“It might be a wish stemming from the Chinese central leadership to spread risk by teaching Chinese operators to use western financing. On the other hand, if the availability of financing is declining in China, the Chinese must increasingly turn to international financing. The desire of banks involved in export financing to use export credit agencies as partners might also be an indicator of China’s increasing risk. At the same time, Chinese banks are also clearly more willing to increase their knowledge and experience with regard to western export credit agencies.”
“It has been evident that China’s traditional risk-taking policy has become somewhat stricter, which may be due to an increase in credit losses,” Relander goes on to say.
The stronger presence of export credit agencies in China’s financing market may also contribute to the promotion of environmental and human rights issues. Anu-Leena Koskelainen, team leader for country and environmental risk research at Finnvera, says that, from the point of view of a Chinese buyer, credit granted by Finnvera often means a commitment to stricter regulation.
“When Finnvera grants credit to a Chinese enterprise, matters related to corporate responsibility are taken into account as part of the risk assessment. If deficiencies are detected, the requirement to rectify these is included in credit terms and conditions and its realisation is monitored,” describes Koskelainen.
Relander believes that the Chinese are motivated to approach closer to the international financing system and rules as they benefit from this themselves and it is part of the Chinese learning process.
The agenda consists of stronger relations and a deeper understanding of local circumstances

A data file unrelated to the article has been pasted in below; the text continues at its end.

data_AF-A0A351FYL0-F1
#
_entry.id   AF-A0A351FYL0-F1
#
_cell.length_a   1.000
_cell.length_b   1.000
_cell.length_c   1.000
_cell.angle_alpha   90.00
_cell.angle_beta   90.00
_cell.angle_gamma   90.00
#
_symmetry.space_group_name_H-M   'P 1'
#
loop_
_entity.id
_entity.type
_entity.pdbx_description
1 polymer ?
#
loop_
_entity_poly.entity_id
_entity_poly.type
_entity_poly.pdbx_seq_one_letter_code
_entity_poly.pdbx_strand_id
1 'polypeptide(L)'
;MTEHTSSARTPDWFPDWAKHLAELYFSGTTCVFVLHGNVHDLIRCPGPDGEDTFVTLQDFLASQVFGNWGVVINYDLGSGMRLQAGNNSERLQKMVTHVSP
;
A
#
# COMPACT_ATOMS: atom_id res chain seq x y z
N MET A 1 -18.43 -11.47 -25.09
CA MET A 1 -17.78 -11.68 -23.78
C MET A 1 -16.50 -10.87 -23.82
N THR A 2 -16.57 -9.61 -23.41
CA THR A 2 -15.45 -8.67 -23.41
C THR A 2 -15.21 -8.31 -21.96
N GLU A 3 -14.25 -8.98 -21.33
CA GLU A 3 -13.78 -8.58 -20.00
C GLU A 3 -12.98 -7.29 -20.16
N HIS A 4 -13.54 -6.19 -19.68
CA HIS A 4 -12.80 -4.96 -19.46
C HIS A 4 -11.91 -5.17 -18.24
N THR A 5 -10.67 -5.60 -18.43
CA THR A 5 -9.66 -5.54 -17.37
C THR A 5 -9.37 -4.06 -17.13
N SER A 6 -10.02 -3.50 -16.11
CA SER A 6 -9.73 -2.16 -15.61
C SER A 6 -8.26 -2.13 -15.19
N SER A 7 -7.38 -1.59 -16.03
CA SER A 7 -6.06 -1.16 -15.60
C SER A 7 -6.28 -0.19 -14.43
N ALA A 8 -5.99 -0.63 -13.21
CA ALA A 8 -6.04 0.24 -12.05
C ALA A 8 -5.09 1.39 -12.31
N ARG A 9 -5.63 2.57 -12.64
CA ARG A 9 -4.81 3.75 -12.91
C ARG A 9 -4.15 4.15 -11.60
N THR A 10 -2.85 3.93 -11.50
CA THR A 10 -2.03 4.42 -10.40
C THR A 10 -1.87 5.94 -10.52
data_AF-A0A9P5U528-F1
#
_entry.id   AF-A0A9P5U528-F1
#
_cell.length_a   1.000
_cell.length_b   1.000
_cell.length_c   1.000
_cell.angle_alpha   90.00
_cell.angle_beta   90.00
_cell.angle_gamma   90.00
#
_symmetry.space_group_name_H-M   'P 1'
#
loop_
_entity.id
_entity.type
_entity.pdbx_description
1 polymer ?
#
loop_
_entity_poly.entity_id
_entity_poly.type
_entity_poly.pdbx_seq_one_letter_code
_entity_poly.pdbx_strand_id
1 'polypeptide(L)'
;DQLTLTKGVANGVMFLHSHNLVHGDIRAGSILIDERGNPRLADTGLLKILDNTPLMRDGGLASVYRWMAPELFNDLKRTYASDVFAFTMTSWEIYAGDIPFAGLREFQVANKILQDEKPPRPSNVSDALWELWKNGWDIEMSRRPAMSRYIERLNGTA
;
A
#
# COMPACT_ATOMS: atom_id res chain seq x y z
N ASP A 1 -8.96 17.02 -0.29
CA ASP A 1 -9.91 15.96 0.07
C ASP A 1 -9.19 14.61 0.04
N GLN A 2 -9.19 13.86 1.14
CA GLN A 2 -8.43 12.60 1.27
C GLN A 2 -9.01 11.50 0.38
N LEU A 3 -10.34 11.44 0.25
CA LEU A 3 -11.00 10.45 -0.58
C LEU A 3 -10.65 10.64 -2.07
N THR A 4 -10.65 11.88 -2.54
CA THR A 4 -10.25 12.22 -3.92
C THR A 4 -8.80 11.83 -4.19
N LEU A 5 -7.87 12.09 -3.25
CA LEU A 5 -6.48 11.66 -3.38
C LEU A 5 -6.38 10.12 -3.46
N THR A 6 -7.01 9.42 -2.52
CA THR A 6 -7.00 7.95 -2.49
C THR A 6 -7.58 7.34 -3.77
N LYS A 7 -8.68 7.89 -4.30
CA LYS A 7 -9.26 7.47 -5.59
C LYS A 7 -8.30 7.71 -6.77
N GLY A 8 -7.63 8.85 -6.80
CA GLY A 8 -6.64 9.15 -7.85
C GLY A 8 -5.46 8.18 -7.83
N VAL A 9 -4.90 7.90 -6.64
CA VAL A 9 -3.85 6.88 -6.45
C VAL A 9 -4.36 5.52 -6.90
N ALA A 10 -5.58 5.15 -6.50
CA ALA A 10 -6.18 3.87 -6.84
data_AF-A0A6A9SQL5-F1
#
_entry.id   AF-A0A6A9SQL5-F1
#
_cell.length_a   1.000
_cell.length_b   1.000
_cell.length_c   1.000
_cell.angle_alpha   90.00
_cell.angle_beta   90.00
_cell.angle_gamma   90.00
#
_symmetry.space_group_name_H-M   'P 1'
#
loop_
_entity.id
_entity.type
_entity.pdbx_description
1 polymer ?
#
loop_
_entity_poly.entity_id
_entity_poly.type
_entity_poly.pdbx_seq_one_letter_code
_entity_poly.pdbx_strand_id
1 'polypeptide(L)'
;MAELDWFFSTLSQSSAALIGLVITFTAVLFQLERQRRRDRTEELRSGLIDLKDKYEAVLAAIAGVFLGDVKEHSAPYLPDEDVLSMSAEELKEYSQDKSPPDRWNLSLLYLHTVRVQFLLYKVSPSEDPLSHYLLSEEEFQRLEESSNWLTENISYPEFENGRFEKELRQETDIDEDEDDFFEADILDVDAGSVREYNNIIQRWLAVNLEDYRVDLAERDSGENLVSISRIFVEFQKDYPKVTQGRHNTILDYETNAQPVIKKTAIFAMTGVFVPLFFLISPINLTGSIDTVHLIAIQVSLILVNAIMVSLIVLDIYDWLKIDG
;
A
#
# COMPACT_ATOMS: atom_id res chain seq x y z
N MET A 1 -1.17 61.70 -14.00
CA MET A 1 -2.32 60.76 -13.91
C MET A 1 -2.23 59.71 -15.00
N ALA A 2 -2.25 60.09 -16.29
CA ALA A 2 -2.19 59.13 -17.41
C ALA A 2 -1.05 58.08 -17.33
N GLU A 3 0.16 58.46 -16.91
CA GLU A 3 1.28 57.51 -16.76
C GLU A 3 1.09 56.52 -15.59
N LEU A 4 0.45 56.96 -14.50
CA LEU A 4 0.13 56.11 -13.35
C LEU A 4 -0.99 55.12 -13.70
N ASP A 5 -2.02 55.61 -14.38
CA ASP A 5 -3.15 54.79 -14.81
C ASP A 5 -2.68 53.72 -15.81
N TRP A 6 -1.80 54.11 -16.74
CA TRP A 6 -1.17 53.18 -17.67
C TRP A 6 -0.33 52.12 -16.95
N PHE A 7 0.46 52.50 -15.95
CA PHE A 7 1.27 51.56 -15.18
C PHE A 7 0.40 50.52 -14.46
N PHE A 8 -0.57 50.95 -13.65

The agenda for Relander’s posting in China includes the strengthening of relations with China and different parties operating there. As the demand for export credit guarantees is growing in China, Finnvera wishes to build closer cooperation and a deeper understanding of the target market.
In the background, there are also more far-reaching goals associated with the promotion of trade relations between Finland and China, in cooperation with the Ministry for Foreign Affairs and Business Finland.
“The most important task during my posting is to meet with Finnish enterprises and their Chinese clients. The key thing is that Finnvera acquires a better understanding of the needs of Chinese buyers, the business environment and the dynamics and operators in China’s financing market,” says Relander.
Other goals include fine-tuning the Team Finland cooperation and providing the local Team Finnvera organisation with training on Finnvera’s operations. In addition, it is important to find out whether the increasing demand creates a need for Finnvera’s permanent presence in China.
A broader background agenda includes the growth of China’s geopolitical role and the understanding of its impacts from China’s point of view.
During the next three months, Relander will have many meetings with Finnish enterprises, potential Chinese buyers, authorities, banks, other operators in the financial sector, and representatives of Team Finland. Relander will report on the results of his posting after returning to Finland in the summer.
It is known that China’s own export credit guarantee operators are not committed to the minimum terms and conditions set by the OECD but act by their own rules. By offering better credit terms to Chinese enterprises China creates global competitive advantage in comparison to other countries.
”In practice, this may mean that Finnvera’s Finnish clients, i. e. the Finnish exporters, may fail to close deals when China offers more flexible terms to Chinese enterprises”, Jussi Haarasilta says.
According to Mika Relander the differences may not always be as big as it seems.
”It may be, that in a competition between a Finnish and a Chinese enterprise the terms of financing in reality are not completely different – it is just that China’s operations are not as transparent as ours”, he says.